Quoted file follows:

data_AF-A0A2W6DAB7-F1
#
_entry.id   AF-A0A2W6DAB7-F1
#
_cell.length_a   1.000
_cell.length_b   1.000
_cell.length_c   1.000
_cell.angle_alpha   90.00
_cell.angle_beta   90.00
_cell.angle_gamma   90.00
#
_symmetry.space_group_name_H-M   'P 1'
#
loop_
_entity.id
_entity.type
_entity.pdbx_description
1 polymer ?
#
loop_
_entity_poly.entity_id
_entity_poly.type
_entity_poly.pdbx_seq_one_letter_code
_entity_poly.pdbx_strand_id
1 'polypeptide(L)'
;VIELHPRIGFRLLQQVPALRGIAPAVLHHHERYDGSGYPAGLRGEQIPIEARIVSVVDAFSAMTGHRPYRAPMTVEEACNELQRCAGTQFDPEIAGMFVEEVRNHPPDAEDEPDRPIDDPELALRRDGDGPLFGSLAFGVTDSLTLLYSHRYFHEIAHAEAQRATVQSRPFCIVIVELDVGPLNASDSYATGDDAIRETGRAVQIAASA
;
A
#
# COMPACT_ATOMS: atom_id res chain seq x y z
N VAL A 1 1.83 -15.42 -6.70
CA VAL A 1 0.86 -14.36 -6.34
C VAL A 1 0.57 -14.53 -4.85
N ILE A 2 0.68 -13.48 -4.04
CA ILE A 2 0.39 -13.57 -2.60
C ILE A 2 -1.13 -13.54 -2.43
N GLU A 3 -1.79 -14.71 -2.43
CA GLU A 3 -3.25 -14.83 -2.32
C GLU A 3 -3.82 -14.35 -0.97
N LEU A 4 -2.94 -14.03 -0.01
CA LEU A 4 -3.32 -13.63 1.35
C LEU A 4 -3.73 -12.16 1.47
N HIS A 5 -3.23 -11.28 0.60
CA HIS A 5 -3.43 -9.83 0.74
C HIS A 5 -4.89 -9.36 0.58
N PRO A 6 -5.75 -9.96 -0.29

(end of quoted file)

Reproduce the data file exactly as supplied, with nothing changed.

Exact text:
data_AF-A0A2W6DAB7-F1
#
_entry.id   AF-A0A2W6DAB7-F1
#
_cell.length_a   1.000
_cell.length_b   1.000
_cell.length_c   1.000
_cell.angle_alpha   90.00
_cell.angle_beta   90.00
_cell.angle_gamma   90.00
#
_symmetry.space_group_name_H-M   'P 1'
#
loop_
_entity.id
_entity.type
_entity.pdbx_description
1 polymer ?
#
loop_
_entity_poly.entity_id
_entity_poly.type
_entity_poly.pdbx_seq_one_letter_code
_entity_poly.pdbx_strand_id
1 'polypeptide(L)'
;VIELHPRIGFRLLQQVPALRGIAPAVLHHHERYDGSGYPAGLRGEQIPIEARIVSVVDAFSAMTGHRPYRAPMTVEEACNELQRCAGTQFDPEIAGMFVEEVRNHPPDAEDEPDRPIDDPELALRRDGDGPLFGSLAFGVTDSLTLLYSHRYFHEIAHAEAQRATVQSRPFCIVIVELDVGPLNASDSYATGDDAIRETGRAVQIAASA
;
A
#
# COMPACT_ATOMS: atom_id res chain seq x y z
N VAL A 1 1.83 -15.42 -6.70
CA VAL A 1 0.86 -14.36 -6.34
C VAL A 1 0.57 -14.53 -4.85
N ILE A 2 0.68 -13.48 -4.04
CA ILE A 2 0.39 -13.57 -2.60
C ILE A 2 -1.13 -13.54 -2.43
N GLU A 3 -1.79 -14.71 -2.43
CA GLU A 3 -3.25 -14.83 -2.32
C GLU A 3 -3.82 -14.35 -0.97
N LEU A 4 -2.94 -14.03 -0.01
CA LEU A 4 -3.32 -13.63 1.35
C LEU A 4 -3.73 -12.16 1.47
N HIS A 5 -3.23 -11.28 0.60
CA HIS A 5 -3.43 -9.83 0.74
C HIS A 5 -4.89 -9.36 0.58
N PRO A 6 -5.75 -9.96 -0.29